Cambodia’s economic growth will remain on course this year but will likely slow in the coming years to 6 percent as investment tapers off and credit growth tightens, according to an updated note by the International Monetary Fund (IMF) released on Friday.
While the report did not predict economic growth figures for 2018 and 2019, it did say that over the medium term the Kingdom’s current growth rate of 6.9 percent was not sustainable as private sector investment is expected to moderate and public spending increases.
“Looking ahead, the outlook is positive, although challenges remain,” the IMF said. “Growth is expected to slow over the medium-term to around 6 percent, due to moderation in the credit and real-estate cycles and ongoing challenges in improving economic diversification and competitiveness.”
The IMF added that the Kingdom’s garment sector is expected to grow at a slower pace due to increasing competition from neighbouring countries and higher minimum wages. However, preferential trade access given to Cambodia last year by the US for specific travel-related items could boost manufacturing and export diversification.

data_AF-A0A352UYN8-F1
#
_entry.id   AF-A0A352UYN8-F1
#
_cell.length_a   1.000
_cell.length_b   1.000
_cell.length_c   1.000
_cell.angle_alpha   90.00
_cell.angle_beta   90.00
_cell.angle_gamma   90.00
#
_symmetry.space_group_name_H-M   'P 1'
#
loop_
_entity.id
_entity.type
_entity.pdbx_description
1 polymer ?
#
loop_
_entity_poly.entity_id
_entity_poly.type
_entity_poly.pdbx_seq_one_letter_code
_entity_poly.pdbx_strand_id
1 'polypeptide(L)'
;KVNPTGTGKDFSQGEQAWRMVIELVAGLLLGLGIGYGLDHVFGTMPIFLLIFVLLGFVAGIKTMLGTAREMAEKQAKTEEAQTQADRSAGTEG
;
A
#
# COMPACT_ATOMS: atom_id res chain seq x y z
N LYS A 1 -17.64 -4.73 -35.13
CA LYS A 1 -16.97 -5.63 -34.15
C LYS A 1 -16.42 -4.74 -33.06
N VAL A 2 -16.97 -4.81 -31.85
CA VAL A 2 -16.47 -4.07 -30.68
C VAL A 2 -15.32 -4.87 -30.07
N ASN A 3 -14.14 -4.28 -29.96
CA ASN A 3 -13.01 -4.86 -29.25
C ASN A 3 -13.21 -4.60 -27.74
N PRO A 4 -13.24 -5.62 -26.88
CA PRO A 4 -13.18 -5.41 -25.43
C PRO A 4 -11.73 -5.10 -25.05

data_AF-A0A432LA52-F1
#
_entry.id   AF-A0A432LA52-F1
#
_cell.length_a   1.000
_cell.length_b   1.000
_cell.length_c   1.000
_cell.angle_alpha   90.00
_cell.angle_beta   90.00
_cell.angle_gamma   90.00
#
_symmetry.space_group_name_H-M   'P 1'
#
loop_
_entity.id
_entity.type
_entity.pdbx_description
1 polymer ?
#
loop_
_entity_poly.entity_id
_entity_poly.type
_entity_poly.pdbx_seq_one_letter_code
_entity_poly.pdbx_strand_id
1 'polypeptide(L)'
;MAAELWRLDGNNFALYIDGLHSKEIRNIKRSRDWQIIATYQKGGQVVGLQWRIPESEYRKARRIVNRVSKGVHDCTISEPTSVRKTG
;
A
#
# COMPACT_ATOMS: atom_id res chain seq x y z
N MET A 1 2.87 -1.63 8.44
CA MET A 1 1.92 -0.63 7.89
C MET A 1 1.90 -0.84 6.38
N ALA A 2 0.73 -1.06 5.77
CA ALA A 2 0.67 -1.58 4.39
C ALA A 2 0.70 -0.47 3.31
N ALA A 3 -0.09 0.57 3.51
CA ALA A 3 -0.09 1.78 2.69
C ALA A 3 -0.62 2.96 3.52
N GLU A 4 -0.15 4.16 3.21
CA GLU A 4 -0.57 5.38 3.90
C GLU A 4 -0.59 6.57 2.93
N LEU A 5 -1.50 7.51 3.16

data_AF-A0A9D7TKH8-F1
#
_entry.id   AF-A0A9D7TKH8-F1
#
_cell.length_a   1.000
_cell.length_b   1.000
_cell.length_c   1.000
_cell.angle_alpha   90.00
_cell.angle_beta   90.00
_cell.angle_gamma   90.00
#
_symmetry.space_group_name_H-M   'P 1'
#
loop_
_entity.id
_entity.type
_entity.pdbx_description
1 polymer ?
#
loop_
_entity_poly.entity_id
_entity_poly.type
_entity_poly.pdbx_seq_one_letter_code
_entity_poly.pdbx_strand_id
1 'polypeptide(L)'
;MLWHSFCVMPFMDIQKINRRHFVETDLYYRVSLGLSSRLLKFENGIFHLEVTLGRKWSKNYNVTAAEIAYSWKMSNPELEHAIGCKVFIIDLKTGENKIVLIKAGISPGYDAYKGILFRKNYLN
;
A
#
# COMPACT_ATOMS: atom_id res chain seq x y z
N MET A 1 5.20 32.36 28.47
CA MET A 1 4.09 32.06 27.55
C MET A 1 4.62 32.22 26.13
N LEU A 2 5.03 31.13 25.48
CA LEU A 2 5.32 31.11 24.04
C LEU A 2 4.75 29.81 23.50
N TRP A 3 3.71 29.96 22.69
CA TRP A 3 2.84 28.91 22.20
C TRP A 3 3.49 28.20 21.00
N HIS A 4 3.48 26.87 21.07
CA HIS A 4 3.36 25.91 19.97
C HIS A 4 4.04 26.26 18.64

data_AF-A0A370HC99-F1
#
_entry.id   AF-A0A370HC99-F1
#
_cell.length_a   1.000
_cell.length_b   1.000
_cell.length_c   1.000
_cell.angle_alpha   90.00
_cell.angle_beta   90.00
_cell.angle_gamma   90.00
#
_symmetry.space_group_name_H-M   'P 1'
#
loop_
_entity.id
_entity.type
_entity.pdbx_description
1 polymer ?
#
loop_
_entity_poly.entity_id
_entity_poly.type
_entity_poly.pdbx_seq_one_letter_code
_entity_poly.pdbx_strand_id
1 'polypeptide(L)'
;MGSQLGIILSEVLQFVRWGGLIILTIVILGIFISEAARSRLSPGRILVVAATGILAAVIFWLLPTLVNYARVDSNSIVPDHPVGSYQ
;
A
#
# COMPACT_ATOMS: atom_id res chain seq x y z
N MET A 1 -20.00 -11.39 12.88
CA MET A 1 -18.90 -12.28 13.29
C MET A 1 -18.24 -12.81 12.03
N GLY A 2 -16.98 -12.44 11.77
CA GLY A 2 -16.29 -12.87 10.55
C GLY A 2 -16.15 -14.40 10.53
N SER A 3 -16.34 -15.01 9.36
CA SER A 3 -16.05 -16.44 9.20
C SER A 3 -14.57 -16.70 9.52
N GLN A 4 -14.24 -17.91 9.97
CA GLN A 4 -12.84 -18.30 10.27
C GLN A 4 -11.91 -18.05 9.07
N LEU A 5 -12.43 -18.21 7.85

The IMF highlighted that credit growth has slowed to about 15 percent year-on-year as of May, quelling concerns over credit growth that previously averaged 30 percent. The IMF attributed this moderation to policy measures by the central bank, as well as lower demand for credit owing to election related uncertainties.
The report noted that construction and real estate remained strong and was supported by domestic demand.
The country’s inflation rose to 3.5 percent in the first half of 2017, up from 3 percent in 2016, mainly driven by higher food and energy prices.
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